Computer Clock losing time whilst under power.

Discussion in 'Computer Support' started by Bill Capp, Mar 27, 2005.

  1. Bill Capp

    Bill Capp Guest

    When I first booted up today I noticed the computer clock was a few
    seconds slow.
    But it then started to lose time, 20 seconds in the next hour.
    Because the clock is losing time whilst the computer is switched on,
    under power from the mains, is there a more serious problem that a
    motherboard battery failure?
    I would have thought that battery failure would only have affected the
    computer whilst it was switched off.
    I would appreciate any help.
    Thanks
    Bill Capp.
     
    Bill Capp, Mar 27, 2005
    #1
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  2. the cmos battery is responsible for the clock on your MOBO
    its not a big deal to swap it over, just be careful not to create a ststic
    charge when taking it out
     
    [email protected], Mar 27, 2005
    #2
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  3. Bill Capp

    °Mike° Guest

    If it is losing time when powered on, then the cause is
    a software issue, with prime suspects being antivirus (Norton?)
    or something that takes up a inordinate amount of processor
    time. Check out the 1001 processes that you have running
    at startup.
     
    °Mike°, Mar 27, 2005
    #3
  4. Bill Capp

    JANA Guest

    The BIOS battery is one thing that can cause a real time accuracy problem.
    In some mother boards, the CMOS clock has its own crystal for its real time
    clocking. In some, the crystal is built in to its clocking chip. In some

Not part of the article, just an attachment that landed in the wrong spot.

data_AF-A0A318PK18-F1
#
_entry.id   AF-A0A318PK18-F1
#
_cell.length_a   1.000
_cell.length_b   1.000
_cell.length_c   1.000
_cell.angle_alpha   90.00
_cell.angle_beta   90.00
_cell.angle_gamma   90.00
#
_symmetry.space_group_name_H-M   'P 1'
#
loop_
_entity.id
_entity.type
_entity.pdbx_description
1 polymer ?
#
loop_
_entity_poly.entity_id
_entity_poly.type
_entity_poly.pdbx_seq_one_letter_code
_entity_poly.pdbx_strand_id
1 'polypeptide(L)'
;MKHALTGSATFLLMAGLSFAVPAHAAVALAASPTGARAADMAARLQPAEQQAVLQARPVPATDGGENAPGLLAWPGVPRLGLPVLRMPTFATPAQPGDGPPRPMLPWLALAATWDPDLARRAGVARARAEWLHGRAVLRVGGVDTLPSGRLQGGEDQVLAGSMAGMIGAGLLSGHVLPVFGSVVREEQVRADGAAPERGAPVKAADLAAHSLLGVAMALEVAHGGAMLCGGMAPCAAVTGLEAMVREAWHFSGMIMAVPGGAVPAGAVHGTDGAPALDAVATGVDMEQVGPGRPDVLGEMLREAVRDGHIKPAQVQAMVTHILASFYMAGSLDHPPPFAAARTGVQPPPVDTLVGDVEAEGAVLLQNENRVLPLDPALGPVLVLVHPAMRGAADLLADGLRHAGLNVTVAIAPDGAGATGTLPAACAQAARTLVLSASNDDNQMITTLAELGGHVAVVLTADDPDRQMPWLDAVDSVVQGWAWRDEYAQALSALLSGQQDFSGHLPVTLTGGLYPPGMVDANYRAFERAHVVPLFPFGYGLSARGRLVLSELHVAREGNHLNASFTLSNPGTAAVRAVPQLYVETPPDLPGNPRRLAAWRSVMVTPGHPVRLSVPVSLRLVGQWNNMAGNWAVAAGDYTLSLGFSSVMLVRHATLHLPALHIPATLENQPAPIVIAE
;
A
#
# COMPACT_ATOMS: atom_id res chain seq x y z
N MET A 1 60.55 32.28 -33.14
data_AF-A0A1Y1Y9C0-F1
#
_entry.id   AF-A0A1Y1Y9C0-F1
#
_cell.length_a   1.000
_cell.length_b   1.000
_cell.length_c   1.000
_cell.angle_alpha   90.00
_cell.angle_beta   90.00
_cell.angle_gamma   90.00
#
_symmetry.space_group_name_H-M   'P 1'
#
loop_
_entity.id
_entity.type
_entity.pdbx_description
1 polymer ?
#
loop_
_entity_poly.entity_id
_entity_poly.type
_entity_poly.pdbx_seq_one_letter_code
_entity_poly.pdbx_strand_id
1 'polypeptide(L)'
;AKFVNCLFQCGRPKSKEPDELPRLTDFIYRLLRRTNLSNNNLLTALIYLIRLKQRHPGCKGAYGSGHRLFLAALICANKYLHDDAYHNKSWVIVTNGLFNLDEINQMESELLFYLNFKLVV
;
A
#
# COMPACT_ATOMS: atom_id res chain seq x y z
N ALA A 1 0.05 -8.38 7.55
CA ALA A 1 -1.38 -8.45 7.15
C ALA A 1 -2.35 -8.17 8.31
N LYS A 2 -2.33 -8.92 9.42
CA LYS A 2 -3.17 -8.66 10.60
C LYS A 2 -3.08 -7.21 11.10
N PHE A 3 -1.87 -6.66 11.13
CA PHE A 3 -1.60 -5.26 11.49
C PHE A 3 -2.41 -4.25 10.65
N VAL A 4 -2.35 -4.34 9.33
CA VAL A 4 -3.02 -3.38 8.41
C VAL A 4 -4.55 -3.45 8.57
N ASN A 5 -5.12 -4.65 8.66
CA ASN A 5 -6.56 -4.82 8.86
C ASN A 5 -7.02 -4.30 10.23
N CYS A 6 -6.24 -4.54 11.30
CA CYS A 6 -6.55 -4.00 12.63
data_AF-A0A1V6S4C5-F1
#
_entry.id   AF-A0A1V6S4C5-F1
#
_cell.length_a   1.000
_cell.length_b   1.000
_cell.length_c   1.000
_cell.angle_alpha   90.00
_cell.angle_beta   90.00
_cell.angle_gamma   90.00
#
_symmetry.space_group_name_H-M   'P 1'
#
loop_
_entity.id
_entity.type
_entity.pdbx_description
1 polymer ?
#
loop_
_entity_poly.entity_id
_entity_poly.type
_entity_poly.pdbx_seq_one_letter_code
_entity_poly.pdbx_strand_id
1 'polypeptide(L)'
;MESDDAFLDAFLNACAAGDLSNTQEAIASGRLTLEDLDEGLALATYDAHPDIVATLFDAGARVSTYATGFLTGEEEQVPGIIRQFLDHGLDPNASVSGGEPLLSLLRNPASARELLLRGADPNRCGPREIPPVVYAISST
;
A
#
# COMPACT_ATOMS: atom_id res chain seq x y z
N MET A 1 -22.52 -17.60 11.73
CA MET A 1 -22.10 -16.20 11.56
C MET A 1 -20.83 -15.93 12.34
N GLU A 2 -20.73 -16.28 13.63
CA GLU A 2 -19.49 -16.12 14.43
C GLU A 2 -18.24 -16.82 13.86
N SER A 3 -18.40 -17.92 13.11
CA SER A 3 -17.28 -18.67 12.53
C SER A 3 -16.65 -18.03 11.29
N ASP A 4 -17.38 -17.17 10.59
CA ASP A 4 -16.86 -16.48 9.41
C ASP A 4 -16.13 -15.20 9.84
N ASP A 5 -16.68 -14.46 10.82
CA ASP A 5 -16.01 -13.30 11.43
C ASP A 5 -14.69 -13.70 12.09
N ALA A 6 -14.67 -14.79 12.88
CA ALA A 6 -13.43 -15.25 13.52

mother boards there is also a trimmer capacitor for the adjustment of the
    clock. Over time, if the PC is an older one, it is possible that the
    crystal's characteristics has drifted a little. If the crystal has gone
    defective, the time would be far out all the time, or the real time clock
    would stop working.

    The procedure to adjust the crystal would involved using a frequency counter
    with at least a 6 digit or greater readout, with a stability factor of at
    least 10 ppm or better, and using a high impedance probe to the real time
    test point. In some of these, the test point is not at the fundamental
    frequency of the real time clock, while in others it is. The test point may
    not be a stand-up terminal, as like in most electronic circuit boards. You
    would have to know where it is, and what to expect for your particular
    board. In most of these clocks, the fundamental crystal frequency is 32,768
    Hz.

    On most boards, the frequency adjustment is done with a small trimmer
    capacitor. In many of the newer boards, the adjustment is done with a
    software correction at the time that the firmware was burned in to the clock
    chip during the manufacture process.

    A crude way to adjust the clock, is if you know where and have a trimmer cap
    on the mother board for it, is to move the trimmer a few degrees of
    rotation, and keep track if the time is going faster or slower. Then you
    have to keep adjusting it appropriately until you have reached your goal.

    --

    JANA
    _____


    When I first booted up today I noticed the computer clock was a few
    seconds slow.
    But it then started to lose time, 20 seconds in the next hour.
    Because the clock is losing time whilst the computer is switched on,
    under power from the mains, is there a more serious problem that a
    motherboard battery failure?
    I would have thought that battery failure would only have affected the
    computer whilst it was switched off.
    I would appreciate any help.
    Thanks
    Bill Capp.
     
    JANA, Mar 27, 2005
    #4
  5. Bill Capp

    Oldus Fartus Guest

    JANA wrote:

    snipped
    Do you want to list the motherboards which have an adjustment trimmer?
    I have not seen one since the 386 days.
     
    Oldus Fartus, Mar 27, 2005
    #5
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